James Willstrop: I’ve got mixed feelings about saying goodbye to the crutches
AFTER eight weeks I’m ridding myself of the crutches, which is good and bad. In a funny way I’ve grown accustomed and attached to them and they’ve opened all sorts of interesting doors. I still keep them close by in the event of emergency.
Anthony Sher famously played King Richard III on crutches in Shakespeare’s play in 1983 and wrote about it in a book, and it’s been pertinent reading over the last weeks. The hunchbacked, limping monarch is affiliated to this part of the world and the city of York claims him vehemently as a son. During the play Shakespeare mentions ‘Pomfret’, the old name for Pontefract, several times. So the crutches, incapacitation and the geographical links have fired an interest in this controversial monarch and his injuries of late.
I’ve become quite canny with the sticks, moving to a more vicious pace as the weeks have passed. Like Richard I have learnt to get my own way, using the crutches as I needed them to suit, maybe not quite with the same ruthlessness.
Sher recounted in the book the physical battles he faced playing the part in that way. He made sure he was in shape, seeking advice from physios and osteopaths, and documented his concerns with possible injury after snapping his achilles a year prior to that in another play. He addressed some fascinating comparisons between athlete and actor.
Effectively those professionals who take on the role of Richard must walk around for six months with a severe limp, or as Sher decided, on crutches. 25 hours a week assuming a dangerously contorted gait and posture is sure to cause horrendous imbalances, depending on how far the actor emphasises the limp and the hunchback, a visible effect of the King’s scoliosis. It’s one of the most demanding parts in theatre.
I have always maintained that the off court work my physio does with me is crucial, more than ever now, something that seemed equally important to Sher. No doubt Richard himself would have benefited from some of the expertise I am lucky to receive.
The first six weeks post op had gone smoothly enough, and at week seven and eight, Alison had me simply standing with weight on the bad leg for the first time. After five or six days of continual improvement, the hip relapsed and suddenly I could hardly move. I reflexively panicked slightly as it was so acute and sudden, and worse than before the operation; all the more bizarre when the recovery had been going well.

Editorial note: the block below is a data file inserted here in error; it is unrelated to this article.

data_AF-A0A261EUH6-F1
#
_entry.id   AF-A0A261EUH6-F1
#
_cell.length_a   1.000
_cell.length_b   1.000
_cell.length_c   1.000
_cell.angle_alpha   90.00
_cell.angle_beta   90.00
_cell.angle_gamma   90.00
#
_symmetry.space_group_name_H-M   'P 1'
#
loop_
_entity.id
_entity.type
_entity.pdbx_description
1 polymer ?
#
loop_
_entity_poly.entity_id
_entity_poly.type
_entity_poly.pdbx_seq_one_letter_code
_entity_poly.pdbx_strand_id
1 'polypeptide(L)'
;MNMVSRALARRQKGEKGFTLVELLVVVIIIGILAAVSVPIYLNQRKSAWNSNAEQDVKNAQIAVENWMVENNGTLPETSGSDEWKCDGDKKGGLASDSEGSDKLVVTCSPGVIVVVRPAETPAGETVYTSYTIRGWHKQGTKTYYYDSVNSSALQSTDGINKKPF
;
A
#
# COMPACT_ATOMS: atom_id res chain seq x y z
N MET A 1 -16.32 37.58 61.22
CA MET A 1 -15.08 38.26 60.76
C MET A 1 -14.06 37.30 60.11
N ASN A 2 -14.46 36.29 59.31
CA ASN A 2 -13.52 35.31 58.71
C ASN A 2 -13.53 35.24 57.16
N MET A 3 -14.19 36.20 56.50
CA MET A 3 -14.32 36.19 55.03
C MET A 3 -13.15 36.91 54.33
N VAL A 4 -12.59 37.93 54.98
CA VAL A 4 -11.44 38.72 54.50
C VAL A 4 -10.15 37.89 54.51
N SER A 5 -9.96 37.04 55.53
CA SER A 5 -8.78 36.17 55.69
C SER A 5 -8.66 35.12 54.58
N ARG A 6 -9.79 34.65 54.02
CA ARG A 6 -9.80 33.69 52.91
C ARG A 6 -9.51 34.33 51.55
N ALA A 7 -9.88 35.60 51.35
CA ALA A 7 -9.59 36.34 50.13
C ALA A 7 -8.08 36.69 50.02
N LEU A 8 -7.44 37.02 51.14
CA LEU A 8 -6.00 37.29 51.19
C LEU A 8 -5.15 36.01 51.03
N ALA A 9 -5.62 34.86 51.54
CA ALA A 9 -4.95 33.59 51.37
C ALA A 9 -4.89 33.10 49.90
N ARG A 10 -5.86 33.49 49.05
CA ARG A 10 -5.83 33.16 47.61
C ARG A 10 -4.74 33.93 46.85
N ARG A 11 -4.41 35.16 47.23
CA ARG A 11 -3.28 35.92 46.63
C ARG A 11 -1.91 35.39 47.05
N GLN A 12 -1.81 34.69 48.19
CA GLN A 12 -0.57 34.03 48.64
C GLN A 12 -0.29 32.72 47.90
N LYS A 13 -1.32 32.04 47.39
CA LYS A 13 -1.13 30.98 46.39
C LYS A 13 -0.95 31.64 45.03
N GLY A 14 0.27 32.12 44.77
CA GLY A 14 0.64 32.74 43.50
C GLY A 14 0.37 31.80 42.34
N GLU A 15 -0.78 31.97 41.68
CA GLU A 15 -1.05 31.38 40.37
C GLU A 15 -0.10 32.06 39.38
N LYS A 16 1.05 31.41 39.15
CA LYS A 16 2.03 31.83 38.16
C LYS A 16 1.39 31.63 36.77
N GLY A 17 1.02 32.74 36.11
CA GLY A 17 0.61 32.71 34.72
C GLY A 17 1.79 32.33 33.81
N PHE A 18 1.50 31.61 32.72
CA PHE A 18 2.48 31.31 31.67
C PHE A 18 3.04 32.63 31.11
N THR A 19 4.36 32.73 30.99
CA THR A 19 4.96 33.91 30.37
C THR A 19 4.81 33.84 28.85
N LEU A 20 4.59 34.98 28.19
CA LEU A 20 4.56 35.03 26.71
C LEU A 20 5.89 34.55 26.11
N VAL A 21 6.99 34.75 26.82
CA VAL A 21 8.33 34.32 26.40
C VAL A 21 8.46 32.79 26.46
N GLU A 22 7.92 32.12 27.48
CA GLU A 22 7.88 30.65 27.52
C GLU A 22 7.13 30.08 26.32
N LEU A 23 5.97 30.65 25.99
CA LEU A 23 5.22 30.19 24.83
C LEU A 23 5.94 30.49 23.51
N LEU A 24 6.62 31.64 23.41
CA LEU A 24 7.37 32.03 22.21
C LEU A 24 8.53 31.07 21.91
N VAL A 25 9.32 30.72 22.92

After three or four days it had settled with Alison’s treatments, and she felt it could have been a reaction from a viral infection or merely part of the process of recovering from invasive surgery.
After such a trauma it’s unlikely everything will be perfect.
A week ago we were back over to Manchester for the first consultation with Max Fehily, the surgeon, who was happy. His positive attitude is encouraging and he confidently granted us to push on and test it further in the gym. More exercises, more walking, more intensity, but no more Richard. The crutches had to go.
Since then I began work on the static bike and stepper, and am enjoying the feeling of sweating again. Serious strides are being made at arm-only swimming, and when that finds its way onto the Olympic programme I will have to aim for medals. The routine is to attack the pool in the mornings, churning out the lengths, which has the rejuvenating effect of de-cluttering the head too.
The next step will be hitting a few squash balls, sedately.
On the way back up from London on Sunday I saw a fellow with duty free bags from Hong Kong, clearly just off a Heathrow flight and totally exhausted, sprawled across the table on the train. Aah, those days of jet lag and travel! I realised, as the World Championships got underway in Qatar, how I was almost missing those overnight flights and airport queues.
My old school, Ackworth, is experiencing a current reformation in regards to squash. A group of young superstar squash players based at Pontefract have all joined the school this term and the squash club are building links with them. The staff are very keen to push the sport and to accommodate their new talent the school are looking into significantly expanding their squash facilities. I greatly acknowledge the way the school supported me as I embarked on my squash career. It was an atmosphere in which I was able to absorb school life and play squash almost semi professionally at the same time. I realise now not many schools would have facilitated this.
The men’s World Championships are still being streamed on psasquashtv.com until the final on Friday. A full report will follow next week.
The women’s World Team Championships take place in Canada at the beginning of December and the women’s World Championships are set for Cairo following that.